When I was asked if I’d like to join the blog tour for a book about a suffragette I thought I pretty much knew what to expect. When I received my copy and I read the blurb on the inside cover I was really excited. First of all she was a Northerner like me and even better, she threw a black pudding at an MP. That’s about as Northern as it gets. Everything we’re taught about the movement focuses on the Pankhurst’s and the rallies based in London. What this author does is reframe the movement to the North West, where Edith Rigby founded the Preston branch of the Women’s Social and Political Union. In doing this, the author reminds us that this was a nationwide movement, but also introduces us to a fascinating woman who was ahead of her time.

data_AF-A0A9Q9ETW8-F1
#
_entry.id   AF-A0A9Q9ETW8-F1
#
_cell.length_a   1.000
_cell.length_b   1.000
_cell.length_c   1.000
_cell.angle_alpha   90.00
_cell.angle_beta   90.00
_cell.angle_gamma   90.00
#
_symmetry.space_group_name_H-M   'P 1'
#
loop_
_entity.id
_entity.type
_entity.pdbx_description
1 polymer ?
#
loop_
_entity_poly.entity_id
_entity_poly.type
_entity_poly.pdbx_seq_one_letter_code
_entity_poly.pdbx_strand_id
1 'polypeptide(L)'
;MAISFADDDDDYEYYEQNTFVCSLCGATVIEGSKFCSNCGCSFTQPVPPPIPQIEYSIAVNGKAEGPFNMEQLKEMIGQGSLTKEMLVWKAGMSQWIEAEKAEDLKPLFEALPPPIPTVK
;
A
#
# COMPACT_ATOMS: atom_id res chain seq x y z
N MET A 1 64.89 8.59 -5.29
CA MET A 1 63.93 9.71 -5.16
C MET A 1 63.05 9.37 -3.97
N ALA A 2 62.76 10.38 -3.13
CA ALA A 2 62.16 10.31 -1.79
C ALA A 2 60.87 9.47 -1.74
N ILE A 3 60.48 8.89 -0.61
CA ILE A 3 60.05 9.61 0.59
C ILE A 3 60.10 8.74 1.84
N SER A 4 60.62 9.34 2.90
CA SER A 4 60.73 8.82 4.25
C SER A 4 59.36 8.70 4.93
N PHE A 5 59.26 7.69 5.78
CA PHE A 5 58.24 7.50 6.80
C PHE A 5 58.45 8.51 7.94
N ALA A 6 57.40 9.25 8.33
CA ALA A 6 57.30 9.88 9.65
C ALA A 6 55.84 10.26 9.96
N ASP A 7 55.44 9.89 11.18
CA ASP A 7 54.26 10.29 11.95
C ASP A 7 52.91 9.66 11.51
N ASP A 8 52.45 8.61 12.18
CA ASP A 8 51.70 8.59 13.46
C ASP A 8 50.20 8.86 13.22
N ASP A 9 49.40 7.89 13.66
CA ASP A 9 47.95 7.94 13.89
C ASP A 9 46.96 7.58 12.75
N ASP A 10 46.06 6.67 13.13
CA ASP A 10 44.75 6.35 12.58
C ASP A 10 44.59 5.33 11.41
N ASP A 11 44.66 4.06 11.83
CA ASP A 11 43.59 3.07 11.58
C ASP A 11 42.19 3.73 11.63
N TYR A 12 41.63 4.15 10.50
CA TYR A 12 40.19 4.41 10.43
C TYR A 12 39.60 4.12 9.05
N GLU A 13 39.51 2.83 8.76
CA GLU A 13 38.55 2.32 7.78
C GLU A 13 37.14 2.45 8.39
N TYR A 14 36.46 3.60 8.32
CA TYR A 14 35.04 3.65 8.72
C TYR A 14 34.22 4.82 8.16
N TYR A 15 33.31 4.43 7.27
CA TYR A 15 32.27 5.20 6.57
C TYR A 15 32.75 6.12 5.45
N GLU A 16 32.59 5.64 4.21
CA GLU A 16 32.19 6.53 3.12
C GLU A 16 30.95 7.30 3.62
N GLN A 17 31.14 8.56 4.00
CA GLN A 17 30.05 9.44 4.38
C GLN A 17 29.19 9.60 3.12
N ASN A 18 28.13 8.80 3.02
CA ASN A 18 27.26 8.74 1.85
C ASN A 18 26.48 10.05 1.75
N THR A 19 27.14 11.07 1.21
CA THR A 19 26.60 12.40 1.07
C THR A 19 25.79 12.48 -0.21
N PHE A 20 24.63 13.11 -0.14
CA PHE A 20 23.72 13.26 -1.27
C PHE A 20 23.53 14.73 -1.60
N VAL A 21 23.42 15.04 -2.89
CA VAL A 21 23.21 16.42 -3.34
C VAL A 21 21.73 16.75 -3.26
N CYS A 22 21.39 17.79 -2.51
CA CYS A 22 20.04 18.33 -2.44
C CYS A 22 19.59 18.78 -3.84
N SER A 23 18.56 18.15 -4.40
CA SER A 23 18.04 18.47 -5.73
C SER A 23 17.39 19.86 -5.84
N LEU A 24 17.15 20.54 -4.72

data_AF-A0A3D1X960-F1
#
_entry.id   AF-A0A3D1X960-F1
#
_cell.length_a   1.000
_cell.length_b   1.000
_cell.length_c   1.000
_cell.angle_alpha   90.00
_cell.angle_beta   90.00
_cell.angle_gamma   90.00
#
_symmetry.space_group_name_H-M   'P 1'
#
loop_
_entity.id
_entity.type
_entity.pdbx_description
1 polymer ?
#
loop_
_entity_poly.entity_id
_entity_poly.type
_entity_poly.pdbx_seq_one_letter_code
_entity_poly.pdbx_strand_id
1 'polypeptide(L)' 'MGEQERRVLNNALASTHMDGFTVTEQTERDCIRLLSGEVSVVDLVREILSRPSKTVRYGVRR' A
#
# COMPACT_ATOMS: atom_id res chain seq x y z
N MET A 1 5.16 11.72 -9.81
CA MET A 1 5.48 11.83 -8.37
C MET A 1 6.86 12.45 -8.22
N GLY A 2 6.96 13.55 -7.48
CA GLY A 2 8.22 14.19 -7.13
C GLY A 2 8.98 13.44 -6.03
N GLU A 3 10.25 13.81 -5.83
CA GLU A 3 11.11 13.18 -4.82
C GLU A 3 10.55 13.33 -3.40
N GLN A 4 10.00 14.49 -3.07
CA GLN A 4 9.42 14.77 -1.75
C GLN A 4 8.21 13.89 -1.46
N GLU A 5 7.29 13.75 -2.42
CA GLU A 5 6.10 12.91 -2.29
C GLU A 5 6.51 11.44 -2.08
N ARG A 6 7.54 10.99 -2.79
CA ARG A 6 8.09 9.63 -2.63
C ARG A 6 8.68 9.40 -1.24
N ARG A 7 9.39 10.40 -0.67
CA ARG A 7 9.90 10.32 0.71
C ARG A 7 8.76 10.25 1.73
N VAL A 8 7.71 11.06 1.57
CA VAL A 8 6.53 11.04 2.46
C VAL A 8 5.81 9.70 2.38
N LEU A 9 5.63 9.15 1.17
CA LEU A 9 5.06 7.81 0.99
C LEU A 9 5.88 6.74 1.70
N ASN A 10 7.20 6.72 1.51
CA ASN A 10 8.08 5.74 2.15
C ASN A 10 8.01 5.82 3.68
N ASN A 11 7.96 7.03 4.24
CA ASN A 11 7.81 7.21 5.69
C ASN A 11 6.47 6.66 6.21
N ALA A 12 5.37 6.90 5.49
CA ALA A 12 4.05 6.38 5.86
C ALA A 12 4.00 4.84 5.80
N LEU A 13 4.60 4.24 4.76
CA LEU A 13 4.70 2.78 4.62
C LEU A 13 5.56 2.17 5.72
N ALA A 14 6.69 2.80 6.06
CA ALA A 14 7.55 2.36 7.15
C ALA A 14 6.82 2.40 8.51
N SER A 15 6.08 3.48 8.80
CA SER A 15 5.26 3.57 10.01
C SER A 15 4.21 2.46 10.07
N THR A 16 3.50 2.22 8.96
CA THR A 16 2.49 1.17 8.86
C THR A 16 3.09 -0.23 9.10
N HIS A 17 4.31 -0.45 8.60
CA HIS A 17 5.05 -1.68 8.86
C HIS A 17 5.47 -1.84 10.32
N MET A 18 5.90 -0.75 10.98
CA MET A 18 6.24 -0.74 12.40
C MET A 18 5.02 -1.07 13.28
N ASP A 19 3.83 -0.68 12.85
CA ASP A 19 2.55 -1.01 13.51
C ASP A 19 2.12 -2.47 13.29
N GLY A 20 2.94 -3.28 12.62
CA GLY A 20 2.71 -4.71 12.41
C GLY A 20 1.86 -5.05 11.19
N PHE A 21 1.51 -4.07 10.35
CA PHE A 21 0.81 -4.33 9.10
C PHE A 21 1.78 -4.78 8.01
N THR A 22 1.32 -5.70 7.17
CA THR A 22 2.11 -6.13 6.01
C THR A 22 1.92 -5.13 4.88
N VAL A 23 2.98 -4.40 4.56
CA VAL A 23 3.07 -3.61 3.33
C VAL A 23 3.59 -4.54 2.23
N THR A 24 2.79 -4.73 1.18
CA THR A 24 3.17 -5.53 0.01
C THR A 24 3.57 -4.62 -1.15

This is a well written and well researched autobiography about a fascinating woman who wouldn’t be told what her place was. Born to a lower middle class family in Preston, Lancashire, they lived in a dual purpose house which was part home and part doctor’s surgery where her father was doctor to the local mill working community. I enjoyed learning about how Edith grew up, because it was possibly this stable and happy environment that influenced her thirst for knowledge, individuality and equality. She saw how gender, and particularly class, affected children’s future circumstances and because she was so caring she went out of her way to help – even saving up her pennies to give gifts to local children on Christmas morning. While her actions within the Suffragette movement were fascinating reading, I really found the other aspects of her life interesting too. She was the first woman in her area to ride a bicycle and persisted in riding it, despite being heckled and pelted with vegetables, and even preached against by the local vicar. She liked the freedom her own transport gave her. Luckily, she found a man who enjoyed her vivacious and free spirit because she set out her stall from the wedding day. She was also adamant she was keeping her Christian name, so that instead of being named Dr and Mrs Charles Rigby they became Dr Charles and Mrs Edith Rigby. Having kept my own surname when married I felt a kinship with Edith and I also share her love of North Wales. Her determination to live by her principles was inspiring and it’s clearly this that informed her work with the school for young women that she founded. It also inspired the lengths she went to for the suffragette cause including arson, planning a bombing in Liverpool and going on hunger strike in prison. I applaud the author for bringing this incredibly strong woman to our attention and I recommend the book highly.